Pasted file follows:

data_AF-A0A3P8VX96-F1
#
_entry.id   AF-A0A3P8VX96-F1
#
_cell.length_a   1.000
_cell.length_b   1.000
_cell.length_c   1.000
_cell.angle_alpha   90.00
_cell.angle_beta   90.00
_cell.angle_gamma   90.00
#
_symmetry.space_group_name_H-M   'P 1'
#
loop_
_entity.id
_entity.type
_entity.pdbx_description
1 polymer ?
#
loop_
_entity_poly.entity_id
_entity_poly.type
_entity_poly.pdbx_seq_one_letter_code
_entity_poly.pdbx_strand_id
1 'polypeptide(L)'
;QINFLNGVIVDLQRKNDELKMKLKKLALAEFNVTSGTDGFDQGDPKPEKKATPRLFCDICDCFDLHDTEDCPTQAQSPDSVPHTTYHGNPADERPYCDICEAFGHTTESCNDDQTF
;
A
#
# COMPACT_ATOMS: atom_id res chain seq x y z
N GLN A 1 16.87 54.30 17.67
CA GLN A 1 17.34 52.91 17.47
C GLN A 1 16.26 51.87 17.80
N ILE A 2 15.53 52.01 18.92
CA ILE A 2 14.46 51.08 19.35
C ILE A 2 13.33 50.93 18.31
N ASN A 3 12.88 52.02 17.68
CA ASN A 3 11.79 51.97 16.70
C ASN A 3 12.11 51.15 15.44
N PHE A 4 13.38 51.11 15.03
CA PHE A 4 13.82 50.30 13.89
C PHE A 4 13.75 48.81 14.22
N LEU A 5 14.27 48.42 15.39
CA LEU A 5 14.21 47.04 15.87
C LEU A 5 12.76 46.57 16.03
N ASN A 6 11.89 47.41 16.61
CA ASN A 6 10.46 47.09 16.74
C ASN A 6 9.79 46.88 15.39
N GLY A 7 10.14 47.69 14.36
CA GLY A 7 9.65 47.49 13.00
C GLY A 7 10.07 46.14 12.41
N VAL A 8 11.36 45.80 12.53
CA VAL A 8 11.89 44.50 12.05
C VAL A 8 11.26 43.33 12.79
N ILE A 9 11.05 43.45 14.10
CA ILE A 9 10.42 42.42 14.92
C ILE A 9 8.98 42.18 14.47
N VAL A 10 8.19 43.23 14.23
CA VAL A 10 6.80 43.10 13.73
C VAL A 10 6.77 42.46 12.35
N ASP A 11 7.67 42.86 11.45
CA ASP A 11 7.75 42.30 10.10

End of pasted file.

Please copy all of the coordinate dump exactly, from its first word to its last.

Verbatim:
data_AF-A0A3P8VX96-F1
#
_entry.id   AF-A0A3P8VX96-F1
#
_cell.length_a   1.000
_cell.length_b   1.000
_cell.length_c   1.000
_cell.angle_alpha   90.00
_cell.angle_beta   90.00
_cell.angle_gamma   90.00
#
_symmetry.space_group_name_H-M   'P 1'
#
loop_
_entity.id
_entity.type
_entity.pdbx_description
1 polymer ?
#
loop_
_entity_poly.entity_id
_entity_poly.type
_entity_poly.pdbx_seq_one_letter_code
_entity_poly.pdbx_strand_id
1 'polypeptide(L)'
;QINFLNGVIVDLQRKNDELKMKLKKLALAEFNVTSGTDGFDQGDPKPEKKATPRLFCDICDCFDLHDTEDCPTQAQSPDSVPHTTYHGNPADERPYCDICEAFGHTTESCNDDQTF
;
A
#
# COMPACT_ATOMS: atom_id res chain seq x y z
N GLN A 1 16.87 54.30 17.67
CA GLN A 1 17.34 52.91 17.47
C GLN A 1 16.26 51.87 17.80
N ILE A 2 15.53 52.01 18.92
CA ILE A 2 14.46 51.08 19.35
C ILE A 2 13.33 50.93 18.31
N ASN A 3 12.88 52.02 17.68
CA ASN A 3 11.79 51.97 16.70
C ASN A 3 12.11 51.15 15.44
N PHE A 4 13.38 51.11 15.03
CA PHE A 4 13.82 50.30 13.89
C PHE A 4 13.75 48.81 14.22
N LEU A 5 14.27 48.42 15.39
CA LEU A 5 14.21 47.04 15.87
C LEU A 5 12.76 46.57 16.03
N ASN A 6 11.89 47.41 16.61
CA ASN A 6 10.46 47.09 16.74
C ASN A 6 9.79 46.88 15.39
N GLY A 7 10.14 47.69 14.36
CA GLY A 7 9.65 47.49 13.00
C GLY A 7 10.07 46.14 12.41
N VAL A 8 11.36 45.80 12.53
CA VAL A 8 11.89 44.50 12.05
C VAL A 8 11.26 43.33 12.79
N ILE A 9 11.05 43.45 14.10
CA ILE A 9 10.42 42.42 14.92
C ILE A 9 8.98 42.18 14.47
N VAL A 10 8.19 43.23 14.23
CA VAL A 10 6.80 43.10 13.73
C VAL A 10 6.77 42.46 12.35
N ASP A 11 7.67 42.86 11.45
CA ASP A 11 7.75 42.30 10.10